The Weekly Round-Up #396 With Redline #5, Jupiter’s Legacy 2 #5, Unholy Grail #1, Star Wars #33, The Walking Dead #169 & More

Best Comic of the Week:

Redline #5 – Redline has been one nice surprise after another.  I almost didn’t take a chance on this Oni Press title, as I wasn’t clear if it was a comedy book or more serious science fiction.  What it ended up being is a pretty cynical and original police procedural set on Mars that is also sometimes quite funny.  This last issue explains a lot of what’s been going on, and then ends in a very unexpected manner.  I am definitely down to read whatever Neal Holman writes next – he has a unique voice.  I’m just sad that this book is over.

Quick Takes:

Batman #26 – I remain sceptical of the whole War of Jokes and Riddles storyline, especially since it establishes that just about every notable and memorable Batman villain you can think of was active during his first year on the job, and that they all, including people like Deathstroke and Deadshot, got involved in the conflict between these two idiots.  As is often the case, Tom King’s approach to the story elevates the material some – I always get the feeling that he’s really just scripting from plots made at some high level DC office where decisions aren’t expected to be good.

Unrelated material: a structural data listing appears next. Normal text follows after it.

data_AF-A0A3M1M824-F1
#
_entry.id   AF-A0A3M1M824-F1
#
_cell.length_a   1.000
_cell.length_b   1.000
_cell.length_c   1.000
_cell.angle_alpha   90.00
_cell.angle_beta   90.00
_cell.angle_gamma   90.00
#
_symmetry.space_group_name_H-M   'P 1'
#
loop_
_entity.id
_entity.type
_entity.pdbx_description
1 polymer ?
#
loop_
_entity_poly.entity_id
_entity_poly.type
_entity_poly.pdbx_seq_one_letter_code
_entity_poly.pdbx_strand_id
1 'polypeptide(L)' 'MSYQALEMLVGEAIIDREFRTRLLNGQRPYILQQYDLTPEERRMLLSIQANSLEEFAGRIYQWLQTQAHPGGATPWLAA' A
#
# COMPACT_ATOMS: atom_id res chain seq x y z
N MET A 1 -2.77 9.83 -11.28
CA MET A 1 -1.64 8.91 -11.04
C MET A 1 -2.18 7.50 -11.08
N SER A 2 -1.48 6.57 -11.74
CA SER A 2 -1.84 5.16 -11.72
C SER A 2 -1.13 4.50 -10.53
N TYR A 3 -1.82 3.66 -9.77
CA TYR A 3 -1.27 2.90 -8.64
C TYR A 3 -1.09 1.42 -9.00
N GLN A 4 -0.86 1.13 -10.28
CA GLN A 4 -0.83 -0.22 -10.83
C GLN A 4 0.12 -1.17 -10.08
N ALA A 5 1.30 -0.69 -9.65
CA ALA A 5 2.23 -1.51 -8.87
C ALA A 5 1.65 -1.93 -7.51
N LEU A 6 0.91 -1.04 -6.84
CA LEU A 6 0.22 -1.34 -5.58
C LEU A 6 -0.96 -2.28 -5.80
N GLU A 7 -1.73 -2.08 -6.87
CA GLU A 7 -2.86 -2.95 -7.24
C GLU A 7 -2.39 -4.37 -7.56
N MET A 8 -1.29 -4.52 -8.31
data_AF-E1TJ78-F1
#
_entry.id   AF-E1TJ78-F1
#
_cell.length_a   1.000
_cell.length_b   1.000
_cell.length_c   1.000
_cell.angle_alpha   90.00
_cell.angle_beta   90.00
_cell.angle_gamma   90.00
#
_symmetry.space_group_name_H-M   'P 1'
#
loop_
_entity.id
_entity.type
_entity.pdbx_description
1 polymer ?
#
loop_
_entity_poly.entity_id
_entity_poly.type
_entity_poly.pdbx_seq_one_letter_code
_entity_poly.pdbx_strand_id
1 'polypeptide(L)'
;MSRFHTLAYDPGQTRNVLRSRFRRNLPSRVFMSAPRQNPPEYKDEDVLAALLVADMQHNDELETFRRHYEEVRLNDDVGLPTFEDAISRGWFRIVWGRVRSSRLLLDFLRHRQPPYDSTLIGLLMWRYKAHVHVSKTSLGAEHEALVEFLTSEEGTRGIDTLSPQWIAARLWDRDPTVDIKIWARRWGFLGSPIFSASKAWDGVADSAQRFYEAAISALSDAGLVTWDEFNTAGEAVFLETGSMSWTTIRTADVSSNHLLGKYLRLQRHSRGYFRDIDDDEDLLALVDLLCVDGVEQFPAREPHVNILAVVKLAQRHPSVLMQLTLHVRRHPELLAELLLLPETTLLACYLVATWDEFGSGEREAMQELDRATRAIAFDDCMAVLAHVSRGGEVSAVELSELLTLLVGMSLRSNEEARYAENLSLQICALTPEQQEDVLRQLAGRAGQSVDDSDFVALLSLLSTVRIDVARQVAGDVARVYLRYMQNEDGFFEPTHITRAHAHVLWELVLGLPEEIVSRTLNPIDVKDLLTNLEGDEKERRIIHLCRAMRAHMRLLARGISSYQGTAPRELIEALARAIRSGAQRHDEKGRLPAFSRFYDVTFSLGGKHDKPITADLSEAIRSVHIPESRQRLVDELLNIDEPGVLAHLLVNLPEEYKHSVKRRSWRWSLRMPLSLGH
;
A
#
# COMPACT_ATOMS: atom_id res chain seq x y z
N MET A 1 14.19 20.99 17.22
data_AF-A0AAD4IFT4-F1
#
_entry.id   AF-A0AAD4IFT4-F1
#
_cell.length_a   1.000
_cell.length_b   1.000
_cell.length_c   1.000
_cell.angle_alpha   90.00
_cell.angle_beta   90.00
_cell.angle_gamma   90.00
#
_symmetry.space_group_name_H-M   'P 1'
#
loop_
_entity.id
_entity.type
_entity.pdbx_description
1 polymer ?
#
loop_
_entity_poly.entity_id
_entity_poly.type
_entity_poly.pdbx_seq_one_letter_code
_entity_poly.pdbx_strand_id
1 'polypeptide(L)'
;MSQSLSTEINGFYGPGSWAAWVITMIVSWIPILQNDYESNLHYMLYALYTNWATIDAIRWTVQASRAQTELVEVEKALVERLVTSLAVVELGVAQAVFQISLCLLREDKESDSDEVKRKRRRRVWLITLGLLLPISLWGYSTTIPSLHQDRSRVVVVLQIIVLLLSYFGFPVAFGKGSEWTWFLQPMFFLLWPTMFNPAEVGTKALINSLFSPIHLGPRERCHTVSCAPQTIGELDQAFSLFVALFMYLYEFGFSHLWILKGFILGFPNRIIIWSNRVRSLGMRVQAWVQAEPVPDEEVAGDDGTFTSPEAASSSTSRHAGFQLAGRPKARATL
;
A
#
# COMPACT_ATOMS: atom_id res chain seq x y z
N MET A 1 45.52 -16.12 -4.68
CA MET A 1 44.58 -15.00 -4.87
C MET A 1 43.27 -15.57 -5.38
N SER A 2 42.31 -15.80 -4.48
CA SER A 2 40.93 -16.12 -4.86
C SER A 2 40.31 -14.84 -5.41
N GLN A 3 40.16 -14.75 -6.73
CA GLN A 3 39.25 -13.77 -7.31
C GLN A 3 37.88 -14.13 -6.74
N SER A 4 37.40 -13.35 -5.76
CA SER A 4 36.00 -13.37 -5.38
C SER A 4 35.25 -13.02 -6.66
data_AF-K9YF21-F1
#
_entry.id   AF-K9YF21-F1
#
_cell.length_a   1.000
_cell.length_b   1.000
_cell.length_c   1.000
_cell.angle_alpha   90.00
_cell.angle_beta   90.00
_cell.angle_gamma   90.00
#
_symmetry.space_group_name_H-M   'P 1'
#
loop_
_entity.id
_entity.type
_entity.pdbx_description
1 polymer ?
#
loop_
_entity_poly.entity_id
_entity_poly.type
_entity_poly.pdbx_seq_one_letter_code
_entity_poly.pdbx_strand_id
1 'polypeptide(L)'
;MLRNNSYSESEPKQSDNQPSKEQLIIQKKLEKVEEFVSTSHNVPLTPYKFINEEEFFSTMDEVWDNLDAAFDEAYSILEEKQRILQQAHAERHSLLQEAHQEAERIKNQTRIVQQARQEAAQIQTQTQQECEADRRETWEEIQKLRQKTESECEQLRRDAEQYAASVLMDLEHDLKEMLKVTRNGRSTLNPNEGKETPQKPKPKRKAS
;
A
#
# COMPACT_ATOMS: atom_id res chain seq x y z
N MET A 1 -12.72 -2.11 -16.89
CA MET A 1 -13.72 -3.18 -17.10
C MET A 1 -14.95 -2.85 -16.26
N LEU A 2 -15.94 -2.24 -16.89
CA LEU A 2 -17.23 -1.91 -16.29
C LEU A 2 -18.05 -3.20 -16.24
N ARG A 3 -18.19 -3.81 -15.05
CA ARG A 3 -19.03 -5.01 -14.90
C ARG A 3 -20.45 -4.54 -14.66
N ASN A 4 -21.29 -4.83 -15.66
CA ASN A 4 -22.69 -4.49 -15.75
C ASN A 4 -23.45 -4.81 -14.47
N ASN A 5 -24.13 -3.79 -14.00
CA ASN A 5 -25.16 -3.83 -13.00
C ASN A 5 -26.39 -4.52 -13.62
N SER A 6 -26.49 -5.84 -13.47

Daredevil #23 – Charles Soule has wrapped Matt Murdock up in an interesting legal matter – basically getting court approval for secret identity-using vigilantes to gather evidence and testify in court confidentially.  Soule is a lawyer, so it’s safe to assume he’s thought this out at a level that other comics writers wouldn’t, but he also works in a good supervillain angle, with the Kingpin acting behind the scenes to try to stop Murdock, and weaves in threads from his incredible She-Hulk series of a year or two back.  Legal, Tony Stark’s former lawyer, makes an appearance, as does Jennifer, who is clearly going through some stuff in her title.  This is a solid issue, with nice art by Alex Morgan.  I’m not sure why DD is on such a rapid schedule these days (double-shipping a lot lately), but at least this is a good story to be getting extra doses of.

Deathstroke #21 – Things are very different with the beginning of this new arc.  To begin with, Slade’s undergone a religious awakening, and has put together a team (or, really, taken it from his ex-wife), Defiance, committed to doing good in the world.  The biggest change, though, is that this time, writer Christopher Priest has decided to show us his cards from the start.  Slade manipulates world events so his team has something to do, while Adeline plans on betraying him as soon as possible.  This is my favourite DC title by far, and is one of the best superhero comics being published today.